However, while such interim order effectively protected the applicant, the Bombay High Court proceeded with the hearing in the matter as a substantial question of law was involved.

 

In its analysis of Section 438(4) of the CrPC (as applicable in Maharashtra), at the outset, the Bombay High Court reiterated that an order directing an accused person to appear at the final hearing can be passed only when interim protection is already operating in favour of an accused[7].

 

The Paltewar[8] judgment recorded that in case the applicant is not granted interim protection in an ABA and the Sessions Court still directs him/her to remain present in the court on the date fixed for final hearing, by virtue of proviso to sub-section (1), it is open for the investigating officer to effect arrest of the applicant. The direction under sub-section (4), if considered as an independent and irrespective of interim protection, will prove to be a mouse trap and not a protection of personal liberty of the citizen. Being under the directions of the court, the applicant would be obliged to proceed towards the court while the investigating officer can wait at the entrance gate of the court premises.[9]

 


Analysis on Section 438(4) of the CrPC


At the outset, the Bombay High Court has clarified that Section 438(4) of the CrPC has already passed constitutional muster inter alia in Vijaya Ramesh Ramdasi v. State of Maharashtra[10] and Goyappa Jalagiri v. State of Maharashtra[11]. While dealing with the same, however, the Bombay High Court clearly observed that applications seeking personal presence of an accused cannot be moved callously by the prosecution neither can it be routinely allowed by the Sessions Court. It was further observed that a direction under Section 438(4) of the CrPC can be issued seeking the presence of the accused before the court at the stage of final hearing of the application but only if the accused’s interim order of protection from arrest was in operation.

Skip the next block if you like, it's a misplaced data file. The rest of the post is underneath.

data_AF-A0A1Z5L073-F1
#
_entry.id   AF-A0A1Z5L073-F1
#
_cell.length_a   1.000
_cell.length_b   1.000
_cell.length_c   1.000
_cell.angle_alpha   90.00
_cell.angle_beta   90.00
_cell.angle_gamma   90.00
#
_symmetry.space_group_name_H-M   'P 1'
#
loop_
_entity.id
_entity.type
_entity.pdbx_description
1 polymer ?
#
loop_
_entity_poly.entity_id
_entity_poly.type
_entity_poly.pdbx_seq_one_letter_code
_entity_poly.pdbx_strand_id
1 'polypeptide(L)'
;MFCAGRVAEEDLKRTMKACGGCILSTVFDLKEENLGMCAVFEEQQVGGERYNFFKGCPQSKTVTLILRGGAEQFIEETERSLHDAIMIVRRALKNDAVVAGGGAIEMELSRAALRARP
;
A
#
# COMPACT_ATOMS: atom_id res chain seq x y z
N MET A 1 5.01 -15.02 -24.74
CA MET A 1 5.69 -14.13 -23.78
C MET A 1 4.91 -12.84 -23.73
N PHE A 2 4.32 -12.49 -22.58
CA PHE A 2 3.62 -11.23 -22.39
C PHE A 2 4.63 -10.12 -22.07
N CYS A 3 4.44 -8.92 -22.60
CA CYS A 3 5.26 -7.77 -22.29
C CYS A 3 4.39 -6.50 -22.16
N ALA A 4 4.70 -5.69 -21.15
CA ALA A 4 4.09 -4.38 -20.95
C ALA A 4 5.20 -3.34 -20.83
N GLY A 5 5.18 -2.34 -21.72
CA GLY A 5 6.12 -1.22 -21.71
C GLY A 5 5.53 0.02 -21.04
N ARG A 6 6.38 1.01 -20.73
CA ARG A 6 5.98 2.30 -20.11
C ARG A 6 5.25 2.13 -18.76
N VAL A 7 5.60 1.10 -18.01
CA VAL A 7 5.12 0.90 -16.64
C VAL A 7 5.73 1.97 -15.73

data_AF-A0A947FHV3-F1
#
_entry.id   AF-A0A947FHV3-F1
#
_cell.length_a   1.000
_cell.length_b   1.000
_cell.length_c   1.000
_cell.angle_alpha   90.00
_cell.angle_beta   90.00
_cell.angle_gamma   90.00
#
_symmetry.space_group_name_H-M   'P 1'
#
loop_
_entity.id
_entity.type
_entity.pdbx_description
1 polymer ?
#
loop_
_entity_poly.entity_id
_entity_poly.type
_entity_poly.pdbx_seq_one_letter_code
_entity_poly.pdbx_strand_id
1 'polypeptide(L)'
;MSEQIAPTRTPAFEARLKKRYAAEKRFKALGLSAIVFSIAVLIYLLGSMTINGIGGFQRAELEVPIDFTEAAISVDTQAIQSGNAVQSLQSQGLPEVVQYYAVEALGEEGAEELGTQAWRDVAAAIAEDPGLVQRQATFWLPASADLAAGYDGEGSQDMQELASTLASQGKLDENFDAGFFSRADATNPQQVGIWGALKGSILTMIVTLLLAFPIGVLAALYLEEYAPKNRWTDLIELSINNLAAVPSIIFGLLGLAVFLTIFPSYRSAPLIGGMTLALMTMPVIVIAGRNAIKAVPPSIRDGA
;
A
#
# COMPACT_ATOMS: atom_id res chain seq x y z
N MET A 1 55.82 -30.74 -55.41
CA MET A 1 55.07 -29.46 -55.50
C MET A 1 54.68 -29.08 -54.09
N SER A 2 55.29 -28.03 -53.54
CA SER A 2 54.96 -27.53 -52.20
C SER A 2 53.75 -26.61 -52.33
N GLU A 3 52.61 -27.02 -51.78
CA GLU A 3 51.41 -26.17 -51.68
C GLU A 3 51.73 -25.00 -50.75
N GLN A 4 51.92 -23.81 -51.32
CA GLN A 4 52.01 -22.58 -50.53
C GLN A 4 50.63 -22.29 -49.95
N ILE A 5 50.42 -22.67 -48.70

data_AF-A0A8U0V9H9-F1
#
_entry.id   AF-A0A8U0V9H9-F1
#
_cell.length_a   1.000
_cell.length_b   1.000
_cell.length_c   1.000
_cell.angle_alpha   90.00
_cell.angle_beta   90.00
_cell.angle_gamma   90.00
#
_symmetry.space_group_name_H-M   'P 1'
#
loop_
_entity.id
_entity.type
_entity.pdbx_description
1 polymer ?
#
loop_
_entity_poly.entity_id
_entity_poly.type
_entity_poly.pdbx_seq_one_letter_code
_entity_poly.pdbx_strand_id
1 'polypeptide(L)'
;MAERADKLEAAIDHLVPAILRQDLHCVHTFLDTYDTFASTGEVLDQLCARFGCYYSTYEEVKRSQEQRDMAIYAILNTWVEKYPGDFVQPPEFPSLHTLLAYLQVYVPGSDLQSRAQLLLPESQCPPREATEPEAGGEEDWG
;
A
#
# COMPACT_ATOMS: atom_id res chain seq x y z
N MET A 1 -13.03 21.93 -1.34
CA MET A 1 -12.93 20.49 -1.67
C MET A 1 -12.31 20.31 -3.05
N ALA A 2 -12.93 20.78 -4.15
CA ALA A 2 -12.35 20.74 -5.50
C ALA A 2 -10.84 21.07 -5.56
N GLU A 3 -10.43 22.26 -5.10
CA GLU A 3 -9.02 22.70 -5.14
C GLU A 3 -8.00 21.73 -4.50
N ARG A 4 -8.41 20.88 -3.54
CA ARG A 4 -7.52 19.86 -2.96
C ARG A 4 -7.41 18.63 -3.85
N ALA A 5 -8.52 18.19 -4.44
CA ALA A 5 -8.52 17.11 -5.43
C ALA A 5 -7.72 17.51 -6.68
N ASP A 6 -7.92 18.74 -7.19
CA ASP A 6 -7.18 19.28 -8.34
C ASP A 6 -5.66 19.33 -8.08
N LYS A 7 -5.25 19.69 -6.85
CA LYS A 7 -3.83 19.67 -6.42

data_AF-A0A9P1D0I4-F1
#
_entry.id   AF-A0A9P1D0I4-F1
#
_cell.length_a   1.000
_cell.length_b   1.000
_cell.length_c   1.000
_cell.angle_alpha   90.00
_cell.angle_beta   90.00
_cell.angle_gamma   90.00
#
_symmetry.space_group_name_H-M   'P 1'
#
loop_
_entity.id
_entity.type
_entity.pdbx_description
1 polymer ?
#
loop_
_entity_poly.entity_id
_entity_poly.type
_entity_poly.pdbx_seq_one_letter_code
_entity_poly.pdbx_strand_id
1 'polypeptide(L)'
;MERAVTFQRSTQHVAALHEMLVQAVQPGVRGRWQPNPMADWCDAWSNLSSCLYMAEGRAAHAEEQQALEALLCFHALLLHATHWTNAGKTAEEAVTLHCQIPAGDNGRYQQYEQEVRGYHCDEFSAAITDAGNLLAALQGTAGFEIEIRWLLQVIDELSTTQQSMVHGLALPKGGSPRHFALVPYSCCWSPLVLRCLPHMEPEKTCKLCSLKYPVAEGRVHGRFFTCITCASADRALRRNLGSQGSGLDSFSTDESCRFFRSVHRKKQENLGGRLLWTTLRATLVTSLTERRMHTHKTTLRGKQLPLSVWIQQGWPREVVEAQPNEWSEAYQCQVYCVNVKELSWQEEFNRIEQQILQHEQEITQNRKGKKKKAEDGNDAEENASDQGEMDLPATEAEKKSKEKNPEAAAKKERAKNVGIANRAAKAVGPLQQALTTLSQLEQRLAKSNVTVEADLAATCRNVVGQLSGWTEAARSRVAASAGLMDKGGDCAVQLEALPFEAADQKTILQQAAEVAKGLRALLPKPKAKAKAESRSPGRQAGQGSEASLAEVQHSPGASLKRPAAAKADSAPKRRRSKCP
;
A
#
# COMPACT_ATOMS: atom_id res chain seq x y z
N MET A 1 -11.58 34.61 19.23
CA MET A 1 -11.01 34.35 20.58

Understanding the lacunae from the point of view of an accused, the Bombay High Court relied on State of Maharashtra v. Kachrusingh Santaramsingh Rajput[12] and catena of other Supreme Court judgments to state that the very purpose of introducing Section 438 in the CrPC, and the new form in which it was brought into force in the State of Maharashtra, was to strike a balance between the interest of the State to investigate through police into offences according to established procedure of law and the individual liberties of a person accused of serious crimes.[13]